Chesterfield Little League’s 12U All-Star softball team saw its summer-long, improbable journey end in a 9-1 loss to a team from Oklahoma in Wednesday’s Little League Softball World Series championship game in Greenville, N.C.
Though the championship game didn’t play out as Chesterfield had hoped, coach Bill Fiege could be heard mic’d up on the ESPN broadcast, sharing constant messages of encouragement with his players. Fiege said those messages of positivity were consistent with what he told his team after the game.
“We won our district, we won the state championship, the Southeast Regional, and then we came in second in the country, that’s pretty sensational,” he said. “We didn’t have our best game tonight, we played a juggernaut.”
Chesterfield jumped out to a 1-0 lead in the top of the second inning. Savannah Wright stole second, then third and scored on an errant throw. Fiege pumped his fist as he hopped down the baseline alongside Wright, willing her on.
The Chesterfield families and supporters in attendance erupted as it seemed the team representing Virginia and the country’s Southeast Region had carried the momentum from its 7-5, comeback win over Texas in the semifinal into the title game.
But Oklahoma’s relentless lineup turned the tables with five runs in the bottom of the second, then built a sizable lead with three more runs in the fourth.
Fiege talked to his team after the game about the “once in a lifetime” experience they all shared this summer.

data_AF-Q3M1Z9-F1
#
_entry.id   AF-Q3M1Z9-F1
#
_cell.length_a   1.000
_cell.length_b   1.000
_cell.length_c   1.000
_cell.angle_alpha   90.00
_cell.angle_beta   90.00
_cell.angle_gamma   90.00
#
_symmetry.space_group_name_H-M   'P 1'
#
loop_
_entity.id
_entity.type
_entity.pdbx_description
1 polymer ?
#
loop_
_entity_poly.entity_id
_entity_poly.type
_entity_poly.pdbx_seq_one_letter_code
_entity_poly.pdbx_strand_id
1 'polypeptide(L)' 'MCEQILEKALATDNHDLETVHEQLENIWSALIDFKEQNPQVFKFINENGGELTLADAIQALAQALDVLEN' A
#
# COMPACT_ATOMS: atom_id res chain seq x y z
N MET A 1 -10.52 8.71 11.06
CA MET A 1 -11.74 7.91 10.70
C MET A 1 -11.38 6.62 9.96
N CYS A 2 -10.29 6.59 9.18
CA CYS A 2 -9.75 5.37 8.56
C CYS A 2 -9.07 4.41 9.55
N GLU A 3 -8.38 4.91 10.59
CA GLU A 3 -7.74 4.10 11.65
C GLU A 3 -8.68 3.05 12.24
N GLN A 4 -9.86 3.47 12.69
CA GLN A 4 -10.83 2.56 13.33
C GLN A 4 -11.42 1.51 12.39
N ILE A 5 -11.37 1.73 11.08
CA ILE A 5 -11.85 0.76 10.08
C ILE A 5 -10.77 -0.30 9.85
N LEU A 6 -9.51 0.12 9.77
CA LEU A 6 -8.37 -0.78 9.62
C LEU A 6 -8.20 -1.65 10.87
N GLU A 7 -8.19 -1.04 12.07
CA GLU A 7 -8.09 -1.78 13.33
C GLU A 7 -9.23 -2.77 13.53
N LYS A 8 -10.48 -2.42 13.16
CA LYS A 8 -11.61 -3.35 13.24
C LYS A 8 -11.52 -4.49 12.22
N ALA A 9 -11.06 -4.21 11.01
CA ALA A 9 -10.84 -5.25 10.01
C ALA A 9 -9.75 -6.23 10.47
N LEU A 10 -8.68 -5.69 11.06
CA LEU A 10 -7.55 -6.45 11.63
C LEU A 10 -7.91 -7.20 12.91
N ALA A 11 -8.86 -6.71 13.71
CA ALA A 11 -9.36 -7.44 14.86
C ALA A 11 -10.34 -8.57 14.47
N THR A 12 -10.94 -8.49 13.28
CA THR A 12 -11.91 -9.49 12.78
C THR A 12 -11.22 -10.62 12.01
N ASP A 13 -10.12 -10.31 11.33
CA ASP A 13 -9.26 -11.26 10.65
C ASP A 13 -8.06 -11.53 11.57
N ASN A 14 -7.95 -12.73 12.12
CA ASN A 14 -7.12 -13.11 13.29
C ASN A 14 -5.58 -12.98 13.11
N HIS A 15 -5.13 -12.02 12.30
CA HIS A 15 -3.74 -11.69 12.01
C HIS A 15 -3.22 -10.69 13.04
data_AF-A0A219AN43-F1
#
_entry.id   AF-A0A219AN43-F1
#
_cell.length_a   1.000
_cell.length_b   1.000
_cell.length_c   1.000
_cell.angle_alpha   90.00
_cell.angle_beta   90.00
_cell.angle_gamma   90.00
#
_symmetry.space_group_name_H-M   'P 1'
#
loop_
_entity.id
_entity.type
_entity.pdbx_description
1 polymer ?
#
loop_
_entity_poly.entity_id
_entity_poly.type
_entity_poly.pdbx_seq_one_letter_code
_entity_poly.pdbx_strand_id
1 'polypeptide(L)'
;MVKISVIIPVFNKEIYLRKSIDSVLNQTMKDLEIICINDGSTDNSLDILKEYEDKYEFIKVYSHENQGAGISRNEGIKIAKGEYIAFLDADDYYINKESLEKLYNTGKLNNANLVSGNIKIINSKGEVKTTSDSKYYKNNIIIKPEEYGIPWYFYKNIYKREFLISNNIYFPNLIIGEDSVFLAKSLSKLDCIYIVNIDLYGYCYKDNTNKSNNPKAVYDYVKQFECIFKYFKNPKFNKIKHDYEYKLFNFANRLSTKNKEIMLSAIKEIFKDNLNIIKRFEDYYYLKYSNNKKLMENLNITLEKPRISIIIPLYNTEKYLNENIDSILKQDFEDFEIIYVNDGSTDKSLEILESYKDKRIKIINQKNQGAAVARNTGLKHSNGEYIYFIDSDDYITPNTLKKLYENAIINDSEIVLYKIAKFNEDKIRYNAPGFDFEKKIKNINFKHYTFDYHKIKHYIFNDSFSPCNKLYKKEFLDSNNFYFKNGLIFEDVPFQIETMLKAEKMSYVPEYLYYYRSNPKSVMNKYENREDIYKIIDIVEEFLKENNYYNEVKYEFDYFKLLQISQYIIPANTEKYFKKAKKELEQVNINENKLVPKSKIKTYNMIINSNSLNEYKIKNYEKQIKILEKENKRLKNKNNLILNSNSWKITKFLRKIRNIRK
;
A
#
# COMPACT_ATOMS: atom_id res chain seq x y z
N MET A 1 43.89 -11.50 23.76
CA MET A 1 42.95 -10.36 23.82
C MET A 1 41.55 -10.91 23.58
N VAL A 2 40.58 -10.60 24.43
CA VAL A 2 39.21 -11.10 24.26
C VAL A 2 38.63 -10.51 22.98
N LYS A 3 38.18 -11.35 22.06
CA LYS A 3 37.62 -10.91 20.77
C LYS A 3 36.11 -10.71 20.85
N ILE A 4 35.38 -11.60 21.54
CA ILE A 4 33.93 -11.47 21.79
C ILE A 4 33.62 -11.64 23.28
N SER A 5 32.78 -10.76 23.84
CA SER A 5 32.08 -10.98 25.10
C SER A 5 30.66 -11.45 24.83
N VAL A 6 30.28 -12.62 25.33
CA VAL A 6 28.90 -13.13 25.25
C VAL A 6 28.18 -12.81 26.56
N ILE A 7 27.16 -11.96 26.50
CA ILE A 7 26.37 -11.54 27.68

“You had this experience, the 13 of you together, learn from it, grow from it and take it into your school years, your high school career and the life lessons you learn by having this type of experience,” Fiege told his team. “You had an incredible run, you should be proud of yourselves.”
Before the top of the fourth inning, Chesterfield players ate green “magic grapes,” their secret rally snack that has propelled many a scoring run this summer.
Center fielder Erika Fiege made a running catch in the left-center gap to save what might have been the game-ending runs with the bases loaded in the bottom of the fifth inning.
Fiege also pitched in the game, as did starter Jenna Keefer and reliever Kaylee Hodges. Oklahoma recorded 16 hits. Kaylie Mitchell led Chesterfield with a pair of base hits. Wright added a hit and walk. Taylan Starr led Oklahoma with four hits, and Zoie Griffin earned the win in the circle.
Chesterfield advanced to the championship game by winning its pool, beating Missouri and Arizona, both by 4-1 scores to open the tournament. A 4-2 loss to Texas was followed by a victory by forfeit from New York, which had a positive COVID-19 case and couldn’t play.
Virginia blanked New Jersey 1-0 in its first elimination game, then mounted a comeback with a six-run fourth inning that highlighted the semifinal win over Texas.
During one visit to the circle Wednesday, Fiege told his daughter, Erika, who was pitching at the time, to be sure to make the game fun, and that he loved her.
“It’s first or second in the country,” Fiege said of his team’s prospects as they played what, win or lose, would prove the final game of a storybook journey spanning a summer none of the girls from Chesterfield will soon forget.
“Either way, that’s pretty good.”
Fiege added that the “outpouring” of support from the Richmond community this summer has been “sensational.”
“The community rallied around these girls, and we’re just so appreciative of all the support,” Fiege said.